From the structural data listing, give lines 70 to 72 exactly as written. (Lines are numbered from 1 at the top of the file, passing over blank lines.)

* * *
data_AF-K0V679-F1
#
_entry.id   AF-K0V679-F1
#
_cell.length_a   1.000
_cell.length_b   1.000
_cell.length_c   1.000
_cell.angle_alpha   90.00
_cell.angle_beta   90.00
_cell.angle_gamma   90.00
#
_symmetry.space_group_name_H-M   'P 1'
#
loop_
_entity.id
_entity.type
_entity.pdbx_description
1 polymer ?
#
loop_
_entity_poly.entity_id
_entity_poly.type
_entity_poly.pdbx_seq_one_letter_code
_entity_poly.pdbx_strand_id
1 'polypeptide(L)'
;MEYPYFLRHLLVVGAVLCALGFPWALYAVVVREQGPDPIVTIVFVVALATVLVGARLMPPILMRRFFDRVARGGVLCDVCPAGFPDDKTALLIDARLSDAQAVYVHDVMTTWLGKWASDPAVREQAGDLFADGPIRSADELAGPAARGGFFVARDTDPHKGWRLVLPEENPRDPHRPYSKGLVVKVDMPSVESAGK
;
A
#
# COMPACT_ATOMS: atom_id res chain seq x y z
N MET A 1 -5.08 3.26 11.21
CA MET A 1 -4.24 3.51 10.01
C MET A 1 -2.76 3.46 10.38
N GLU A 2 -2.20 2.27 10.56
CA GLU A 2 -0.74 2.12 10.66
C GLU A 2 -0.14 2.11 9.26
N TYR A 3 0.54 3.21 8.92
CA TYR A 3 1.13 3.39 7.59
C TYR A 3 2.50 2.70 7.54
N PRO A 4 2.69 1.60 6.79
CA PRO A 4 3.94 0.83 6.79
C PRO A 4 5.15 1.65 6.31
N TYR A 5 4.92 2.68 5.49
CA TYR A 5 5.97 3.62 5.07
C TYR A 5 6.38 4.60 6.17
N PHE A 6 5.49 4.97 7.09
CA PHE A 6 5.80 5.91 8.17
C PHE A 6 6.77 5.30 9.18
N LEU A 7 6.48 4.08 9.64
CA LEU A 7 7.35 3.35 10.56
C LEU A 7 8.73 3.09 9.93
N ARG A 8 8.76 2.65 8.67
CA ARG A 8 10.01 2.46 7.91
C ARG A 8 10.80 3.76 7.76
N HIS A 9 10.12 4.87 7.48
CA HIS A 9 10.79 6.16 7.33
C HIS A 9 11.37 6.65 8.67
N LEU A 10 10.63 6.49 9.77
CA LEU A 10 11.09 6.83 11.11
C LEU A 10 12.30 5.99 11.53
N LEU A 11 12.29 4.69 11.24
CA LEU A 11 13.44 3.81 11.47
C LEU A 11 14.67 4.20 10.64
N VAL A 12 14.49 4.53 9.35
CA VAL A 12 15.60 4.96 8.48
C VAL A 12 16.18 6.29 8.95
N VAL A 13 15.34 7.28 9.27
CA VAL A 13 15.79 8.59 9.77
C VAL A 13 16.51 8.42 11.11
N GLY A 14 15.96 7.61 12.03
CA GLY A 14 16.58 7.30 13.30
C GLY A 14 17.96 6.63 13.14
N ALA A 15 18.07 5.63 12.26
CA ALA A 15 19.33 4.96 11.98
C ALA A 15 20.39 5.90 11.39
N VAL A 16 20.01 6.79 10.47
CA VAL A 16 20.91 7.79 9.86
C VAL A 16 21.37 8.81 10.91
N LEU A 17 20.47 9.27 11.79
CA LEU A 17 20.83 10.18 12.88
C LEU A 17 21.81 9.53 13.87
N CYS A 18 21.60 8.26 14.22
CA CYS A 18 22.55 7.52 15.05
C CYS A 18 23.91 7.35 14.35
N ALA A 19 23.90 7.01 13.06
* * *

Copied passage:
N GLY A 14 15.96 7.61 12.03
CA GLY A 14 16.58 7.30 13.30
C GLY A 14 17.96 6.63 13.14